The term volatility continues to gain popularity as a catch-all term to describe “abnormal” market undulations; but what does it really mean? And how does it affect us as investors and as human beings?

To be technical, volatility is the statistical measure of the dispersion of returns of a security or index over a certain period. Riskier assets tend to have higher volatility, or bigger movements over shorter periods of time, while low observed volatility tends to be a hallmark of “safer” assets (that does not mean these assets can’t lose money).

But when is something volatile? Can it be quantified

To more accurately measure how volatile an asset is, we need a benchmark or comparison to properly gauge its relative behavior. The beta of a stock is its relative volatility when compared to the index or group in which it belongs. A beta of 1 means that a stock is likely to be down or up one-to-one with its index, where a beta of two would mean that a stock tends to double the movement of its related index. Other analysts may look at the average historical volatility of an index or stock to get an idea of just how volatile, or “uncertain” its movements could potentially be, and simply assign it a volatility number.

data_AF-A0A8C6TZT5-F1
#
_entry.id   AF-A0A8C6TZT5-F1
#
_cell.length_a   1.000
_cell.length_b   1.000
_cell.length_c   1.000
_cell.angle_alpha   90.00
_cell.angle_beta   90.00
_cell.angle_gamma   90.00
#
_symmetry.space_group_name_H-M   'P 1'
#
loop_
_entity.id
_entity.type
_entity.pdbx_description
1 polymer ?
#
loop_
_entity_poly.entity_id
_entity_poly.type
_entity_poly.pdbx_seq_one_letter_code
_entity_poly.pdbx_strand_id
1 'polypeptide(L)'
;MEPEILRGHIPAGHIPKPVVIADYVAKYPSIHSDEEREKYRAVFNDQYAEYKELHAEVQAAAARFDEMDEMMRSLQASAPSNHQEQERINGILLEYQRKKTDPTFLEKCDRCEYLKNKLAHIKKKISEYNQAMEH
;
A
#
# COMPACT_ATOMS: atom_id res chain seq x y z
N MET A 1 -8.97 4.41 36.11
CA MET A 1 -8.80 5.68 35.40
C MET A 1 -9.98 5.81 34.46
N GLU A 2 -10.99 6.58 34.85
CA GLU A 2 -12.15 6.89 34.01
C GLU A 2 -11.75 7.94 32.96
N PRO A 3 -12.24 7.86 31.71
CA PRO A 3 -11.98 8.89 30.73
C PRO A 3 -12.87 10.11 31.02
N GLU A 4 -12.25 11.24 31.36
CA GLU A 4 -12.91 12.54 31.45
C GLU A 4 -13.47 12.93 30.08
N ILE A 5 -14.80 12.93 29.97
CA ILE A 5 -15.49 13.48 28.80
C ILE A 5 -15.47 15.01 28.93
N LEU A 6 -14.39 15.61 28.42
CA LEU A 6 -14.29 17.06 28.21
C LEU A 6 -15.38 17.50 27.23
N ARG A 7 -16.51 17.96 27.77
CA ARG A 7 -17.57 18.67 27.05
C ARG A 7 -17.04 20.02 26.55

As we explore volatility and its effects, it’s critical to understand that the world we live in today is vastly different from that of past volatile periods in the marketplace. Periods of historical volatility up until the 1990s certainly shook investors, but the speed and complexity of these volatile periods has evolved over the last couple decades. With information now flowing at the speed of light, algorithms driving a large portion of trading and the most interdependent global landscape in modern history, solving the volatility puzzle and predicting when and how markets may calm becomes even more of a challenge. It also means that sentiments can change quickly, and bearish volatile markets could also turn on a dime and morph into bullish ones at a faster pace than history has demonstrated.